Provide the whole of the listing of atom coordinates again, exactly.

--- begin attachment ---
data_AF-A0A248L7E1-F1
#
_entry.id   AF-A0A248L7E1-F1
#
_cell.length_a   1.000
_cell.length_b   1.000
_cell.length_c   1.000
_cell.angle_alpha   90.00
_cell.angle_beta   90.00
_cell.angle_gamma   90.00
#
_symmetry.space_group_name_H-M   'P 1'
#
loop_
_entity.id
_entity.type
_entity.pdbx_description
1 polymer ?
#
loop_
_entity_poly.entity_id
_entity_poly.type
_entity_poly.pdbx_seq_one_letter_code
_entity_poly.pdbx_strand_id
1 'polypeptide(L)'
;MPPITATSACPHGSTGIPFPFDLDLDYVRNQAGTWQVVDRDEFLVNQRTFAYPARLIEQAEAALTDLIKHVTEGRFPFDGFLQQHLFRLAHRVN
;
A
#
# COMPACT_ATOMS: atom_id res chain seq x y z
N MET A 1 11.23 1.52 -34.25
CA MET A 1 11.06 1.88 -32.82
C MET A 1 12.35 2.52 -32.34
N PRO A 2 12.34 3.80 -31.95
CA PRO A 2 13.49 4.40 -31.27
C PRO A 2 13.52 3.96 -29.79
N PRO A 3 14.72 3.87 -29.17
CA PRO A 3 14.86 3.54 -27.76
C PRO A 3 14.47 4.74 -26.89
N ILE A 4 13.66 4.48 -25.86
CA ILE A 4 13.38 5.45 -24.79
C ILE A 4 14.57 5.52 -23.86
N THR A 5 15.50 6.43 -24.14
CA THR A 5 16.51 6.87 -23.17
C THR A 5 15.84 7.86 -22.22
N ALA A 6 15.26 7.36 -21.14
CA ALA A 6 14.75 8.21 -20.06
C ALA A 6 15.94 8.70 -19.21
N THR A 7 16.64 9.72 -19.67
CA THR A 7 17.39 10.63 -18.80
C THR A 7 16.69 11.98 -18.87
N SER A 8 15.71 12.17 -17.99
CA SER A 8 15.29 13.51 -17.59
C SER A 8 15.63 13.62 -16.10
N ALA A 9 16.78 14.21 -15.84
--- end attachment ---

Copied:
data_AF-A0A248L7E1-F1
#
_entry.id   AF-A0A248L7E1-F1
#
_cell.length_a   1.000
_cell.length_b   1.000
_cell.length_c   1.000
_cell.angle_alpha   90.00
_cell.angle_beta   90.00
_cell.angle_gamma   90.00
#
_symmetry.space_group_name_H-M   'P 1'
#
loop_
_entity.id
_entity.type
_entity.pdbx_description
1 polymer ?
#
loop_
_entity_poly.entity_id
_entity_poly.type
_entity_poly.pdbx_seq_one_letter_code
_entity_poly.pdbx_strand_id
1 'polypeptide(L)'
;MPPITATSACPHGSTGIPFPFDLDLDYVRNQAGTWQVVDRDEFLVNQRTFAYPARLIEQAEAALTDLIKHVTEGRFPFDGFLQQHLFRLAHRVN
;
A
#
# COMPACT_ATOMS: atom_id res chain seq x y z
N MET A 1 11.23 1.52 -34.25
CA MET A 1 11.06 1.88 -32.82
C MET A 1 12.35 2.52 -32.34
N PRO A 2 12.34 3.80 -31.95
CA PRO A 2 13.49 4.40 -31.27
C PRO A 2 13.52 3.96 -29.79
N PRO A 3 14.72 3.87 -29.17
CA PRO A 3 14.86 3.54 -27.76
C PRO A 3 14.47 4.74 -26.89
N ILE A 4 13.66 4.48 -25.86
CA ILE A 4 13.38 5.45 -24.79
C ILE A 4 14.57 5.52 -23.86
N THR A 5 15.50 6.43 -24.14
CA THR A 5 16.51 6.87 -23.17
C THR A 5 15.84 7.86 -22.22
N ALA A 6 15.26 7.36 -21.14
CA ALA A 6 14.75 8.21 -20.06
C ALA A 6 15.94 8.70 -19.21
N THR A 7 16.64 9.72 -19.67
CA THR A 7 17.39 10.63 -18.80
C THR A 7 16.69 11.98 -18.87
N SER A 8 15.71 12.17 -17.99
CA SER A 8 15.29 13.51 -17.59
C SER A 8 15.63 13.62 -16.10
N ALA A 9 16.78 14.21 -15.84